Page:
JERUSALEM (Christian Examiner) – Almost as quickly as some archaeologists hailed the discovery of a 2,700-year-old papyrus fragment bearing the name of Jerusalem in ancient Hebrew as one of the most significant finds in decades, others rejected the document as a forgery – and without even examining it.
The Times of Israel announced the existence of the papyrus last week after authorities discovered it in a raid on a black market antiquities operation. It was handed over to researchers who believed they had something very special.
Radio carbon dating placed the manuscript in the 7th century B.C., not long after the first Jewish Temple was constructed. The fragment predates the oldest Dead Sea Scrolls by centuries.
At 4.3 by 1 inch, the fragment bore a simple inscription on it: "From the female servant of the king, from Naharata, two wineskins to Jerusalem." The spelling of Jerusalem – different from the modern spelling – also matched that of ancient sources, according to biblical scholar Shmuel Ahituv.
Now, however, others have thrown a heavy dose of cold water on the discovery, even though the Israel Antiquities Authority insists it is real.
Aren Maier, an archaeology professor at Bar-Ilan University, told Haaretz that the radio carbon dating of the papyrus doesn't prove it is authentic, primarily because forgers have used the "platform" before. That is, they have used newer ink on ancient papyrus or vellum (lamb's skin).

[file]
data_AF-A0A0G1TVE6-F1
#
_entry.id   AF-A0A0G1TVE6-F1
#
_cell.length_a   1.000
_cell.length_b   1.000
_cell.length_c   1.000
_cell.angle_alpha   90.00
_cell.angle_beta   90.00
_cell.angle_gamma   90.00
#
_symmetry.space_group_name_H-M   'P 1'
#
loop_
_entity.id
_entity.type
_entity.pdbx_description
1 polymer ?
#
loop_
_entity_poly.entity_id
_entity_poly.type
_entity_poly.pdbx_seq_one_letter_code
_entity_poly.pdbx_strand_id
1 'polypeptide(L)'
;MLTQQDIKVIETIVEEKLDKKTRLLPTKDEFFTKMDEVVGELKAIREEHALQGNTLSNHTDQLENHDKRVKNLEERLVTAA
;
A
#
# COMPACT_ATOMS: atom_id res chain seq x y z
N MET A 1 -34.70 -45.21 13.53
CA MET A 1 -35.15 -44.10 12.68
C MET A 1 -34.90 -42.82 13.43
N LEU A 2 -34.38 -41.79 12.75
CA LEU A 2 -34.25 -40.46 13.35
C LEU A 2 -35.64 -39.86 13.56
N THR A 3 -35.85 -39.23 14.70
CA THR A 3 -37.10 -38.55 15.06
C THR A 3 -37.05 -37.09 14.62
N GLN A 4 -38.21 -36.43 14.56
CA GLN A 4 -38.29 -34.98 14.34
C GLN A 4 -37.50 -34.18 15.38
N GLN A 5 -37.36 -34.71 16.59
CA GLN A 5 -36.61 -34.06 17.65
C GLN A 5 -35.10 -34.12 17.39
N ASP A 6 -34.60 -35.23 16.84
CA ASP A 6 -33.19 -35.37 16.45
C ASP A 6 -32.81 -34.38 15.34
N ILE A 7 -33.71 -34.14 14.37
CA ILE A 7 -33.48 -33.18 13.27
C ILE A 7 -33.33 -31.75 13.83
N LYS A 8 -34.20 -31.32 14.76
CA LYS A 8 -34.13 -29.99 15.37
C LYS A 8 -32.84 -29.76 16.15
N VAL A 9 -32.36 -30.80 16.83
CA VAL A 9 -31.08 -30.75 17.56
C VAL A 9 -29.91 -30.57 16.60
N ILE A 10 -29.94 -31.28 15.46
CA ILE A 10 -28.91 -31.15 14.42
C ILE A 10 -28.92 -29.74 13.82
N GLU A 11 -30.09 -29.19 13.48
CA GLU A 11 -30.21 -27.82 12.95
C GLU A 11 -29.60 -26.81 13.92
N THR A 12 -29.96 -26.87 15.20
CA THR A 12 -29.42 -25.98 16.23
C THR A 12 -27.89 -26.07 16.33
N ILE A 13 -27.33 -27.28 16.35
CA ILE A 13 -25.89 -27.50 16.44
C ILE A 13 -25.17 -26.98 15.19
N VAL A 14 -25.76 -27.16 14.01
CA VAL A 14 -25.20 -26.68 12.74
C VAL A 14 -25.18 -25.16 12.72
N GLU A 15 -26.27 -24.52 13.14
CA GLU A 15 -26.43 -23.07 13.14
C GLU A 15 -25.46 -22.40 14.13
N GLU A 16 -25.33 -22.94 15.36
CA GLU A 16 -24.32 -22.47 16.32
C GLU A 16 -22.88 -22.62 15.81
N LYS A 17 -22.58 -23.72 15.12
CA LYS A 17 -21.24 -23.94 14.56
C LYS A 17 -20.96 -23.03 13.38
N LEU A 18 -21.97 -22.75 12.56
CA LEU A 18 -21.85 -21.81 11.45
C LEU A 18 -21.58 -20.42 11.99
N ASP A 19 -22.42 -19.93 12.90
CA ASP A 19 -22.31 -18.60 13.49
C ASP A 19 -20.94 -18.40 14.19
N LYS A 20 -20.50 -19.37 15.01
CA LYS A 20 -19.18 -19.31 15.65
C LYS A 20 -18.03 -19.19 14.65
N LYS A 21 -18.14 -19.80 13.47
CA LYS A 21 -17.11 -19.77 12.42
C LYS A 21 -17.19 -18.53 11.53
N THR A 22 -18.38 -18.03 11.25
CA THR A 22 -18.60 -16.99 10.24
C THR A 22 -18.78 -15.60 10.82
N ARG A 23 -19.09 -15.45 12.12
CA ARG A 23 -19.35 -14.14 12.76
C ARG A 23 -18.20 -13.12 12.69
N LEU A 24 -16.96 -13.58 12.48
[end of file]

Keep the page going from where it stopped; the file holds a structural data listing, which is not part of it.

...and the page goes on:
"How do we know it isn't a forgery intended for the antiquities market?" Maier asked. "It's very possible that only the papyrus itself is ancient."
Professor Christopher Rollston, who specializes in paleo-Hebrew at George Washington University, has also said he believes the papyrus is suspect.
"Ancient papyrus is readily available for purchase online," he wrote on his blog. "No modern forger worth his or her salt would forge an inscription on modern papyrus."
Maier and Rollston both have yet to examine the papyrus, but Rollston claimed he knew of the existence of the papyrus several years ago, when it was said to be floating around on the antiquities market.
"I saw some good images of it a few years ago in Jerusalem," Rollston wrote. "There are some palaeographic and orthographic anomalies and inconsistencies in this papyrus inscription that are concerning and may suggest that it is modern, not ancient."
Still, Ahituv isn't budging. He is a professor at Hebrew University in Jerusalem and has claimed that a forger would likely have tried to make the papyrus as sensational as possible.
"If I were a forger, I'd choose a more impressive text," Ahituv said.
According to Haaretz, Amir Ganor of Israel's Antiquities Authority, also is sure the papyrus is authentic and the earliest reference to Jerusalem outside of the Old Testament.
Ironically, the world accepted with little question an ancient Greek text which claimed to mention Jesus's wife. That text, only after years of analysis and detective work by a journalist, was declared a forgery.